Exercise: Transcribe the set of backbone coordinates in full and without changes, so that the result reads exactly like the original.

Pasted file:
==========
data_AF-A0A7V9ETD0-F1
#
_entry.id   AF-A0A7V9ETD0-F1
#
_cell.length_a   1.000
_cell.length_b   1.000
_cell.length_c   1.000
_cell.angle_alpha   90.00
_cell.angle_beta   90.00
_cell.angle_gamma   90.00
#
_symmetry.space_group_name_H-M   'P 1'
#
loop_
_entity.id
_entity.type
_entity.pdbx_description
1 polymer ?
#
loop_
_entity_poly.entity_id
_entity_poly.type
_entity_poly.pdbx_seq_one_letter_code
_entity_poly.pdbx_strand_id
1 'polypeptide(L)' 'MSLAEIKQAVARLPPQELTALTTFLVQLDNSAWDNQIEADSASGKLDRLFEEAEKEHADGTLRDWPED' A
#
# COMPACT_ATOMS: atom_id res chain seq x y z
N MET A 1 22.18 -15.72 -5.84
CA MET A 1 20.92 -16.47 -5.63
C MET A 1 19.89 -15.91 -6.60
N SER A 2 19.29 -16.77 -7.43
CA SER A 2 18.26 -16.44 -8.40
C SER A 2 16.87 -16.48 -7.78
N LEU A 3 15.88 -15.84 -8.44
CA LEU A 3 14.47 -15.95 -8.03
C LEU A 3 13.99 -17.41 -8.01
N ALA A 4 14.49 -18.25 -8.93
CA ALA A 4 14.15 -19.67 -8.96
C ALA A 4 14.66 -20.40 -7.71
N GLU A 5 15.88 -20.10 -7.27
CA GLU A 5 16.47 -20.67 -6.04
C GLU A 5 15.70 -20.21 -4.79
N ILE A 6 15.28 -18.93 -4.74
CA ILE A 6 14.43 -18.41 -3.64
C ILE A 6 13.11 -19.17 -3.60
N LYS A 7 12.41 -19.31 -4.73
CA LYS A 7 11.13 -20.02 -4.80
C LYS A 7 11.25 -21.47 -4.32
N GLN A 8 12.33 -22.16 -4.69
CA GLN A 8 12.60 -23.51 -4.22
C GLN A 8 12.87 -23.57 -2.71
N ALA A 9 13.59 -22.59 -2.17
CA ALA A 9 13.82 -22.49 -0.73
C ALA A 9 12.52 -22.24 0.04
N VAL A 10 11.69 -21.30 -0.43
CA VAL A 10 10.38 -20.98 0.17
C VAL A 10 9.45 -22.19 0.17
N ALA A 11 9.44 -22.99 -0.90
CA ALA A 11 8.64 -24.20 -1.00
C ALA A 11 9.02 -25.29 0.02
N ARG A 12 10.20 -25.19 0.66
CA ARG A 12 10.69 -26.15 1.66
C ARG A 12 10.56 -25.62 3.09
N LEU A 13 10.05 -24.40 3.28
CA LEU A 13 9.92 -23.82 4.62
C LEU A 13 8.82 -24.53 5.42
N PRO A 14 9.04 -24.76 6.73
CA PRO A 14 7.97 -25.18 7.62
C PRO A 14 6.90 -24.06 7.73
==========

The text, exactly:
data_AF-A0A7V9ETD0-F1
#
_entry.id   AF-A0A7V9ETD0-F1
#
_cell.length_a   1.000
_cell.length_b   1.000
_cell.length_c   1.000
_cell.angle_alpha   90.00
_cell.angle_beta   90.00
_cell.angle_gamma   90.00
#
_symmetry.space_group_name_H-M   'P 1'
#
loop_
_entity.id
_entity.type
_entity.pdbx_description
1 polymer ?
#
loop_
_entity_poly.entity_id
_entity_poly.type
_entity_poly.pdbx_seq_one_letter_code
_entity_poly.pdbx_strand_id
1 'polypeptide(L)' 'MSLAEIKQAVARLPPQELTALTTFLVQLDNSAWDNQIEADSASGKLDRLFEEAEKEHADGTLRDWPED' A
#
# COMPACT_ATOMS: atom_id res chain seq x y z
N MET A 1 22.18 -15.72 -5.84
CA MET A 1 20.92 -16.47 -5.63
C MET A 1 19.89 -15.91 -6.60
N SER A 2 19.29 -16.77 -7.43
CA SER A 2 18.26 -16.44 -8.40
C SER A 2 16.87 -16.48 -7.78
N LEU A 3 15.88 -15.84 -8.44
CA LEU A 3 14.47 -15.95 -8.03
C LEU A 3 13.99 -17.41 -8.01
N ALA A 4 14.49 -18.25 -8.93
CA ALA A 4 14.15 -19.67 -8.96
C ALA A 4 14.66 -20.40 -7.71
N GLU A 5 15.88 -20.10 -7.27
CA GLU A 5 16.47 -20.67 -6.04
C GLU A 5 15.70 -20.21 -4.79
N ILE A 6 15.28 -18.93 -4.74
CA ILE A 6 14.43 -18.41 -3.64
C ILE A 6 13.11 -19.17 -3.60
N LYS A 7 12.41 -19.31 -4.73
CA LYS A 7 11.13 -20.02 -4.80
C LYS A 7 11.25 -21.47 -4.32
N GLN A 8 12.33 -22.16 -4.69
CA GLN A 8 12.60 -23.51 -4.22
C GLN A 8 12.87 -23.57 -2.71
N ALA A 9 13.59 -22.59 -2.17
CA ALA A 9 13.82 -22.49 -0.73
C ALA A 9 12.52 -22.24 0.04
N VAL A 10 11.69 -21.30 -0.43
CA VAL A 10 10.38 -20.98 0.17
C VAL A 10 9.45 -22.19 0.17
N ALA A 11 9.44 -22.99 -0.90
CA ALA A 11 8.64 -24.20 -1.00
C ALA A 11 9.02 -25.29 0.02
N ARG A 12 10.20 -25.19 0.66
CA ARG A 12 10.69 -26.15 1.66
C ARG A 12 10.56 -25.62 3.09
N LEU A 13 10.05 -24.40 3.28
CA LEU A 13 9.92 -23.82 4.62
C LEU A 13 8.82 -24.53 5.42
N PRO A 14 9.04 -24.76 6.73
CA PRO A 14 7.97 -25.18 7.62
C PRO A 14 6.90 -24.06 7.73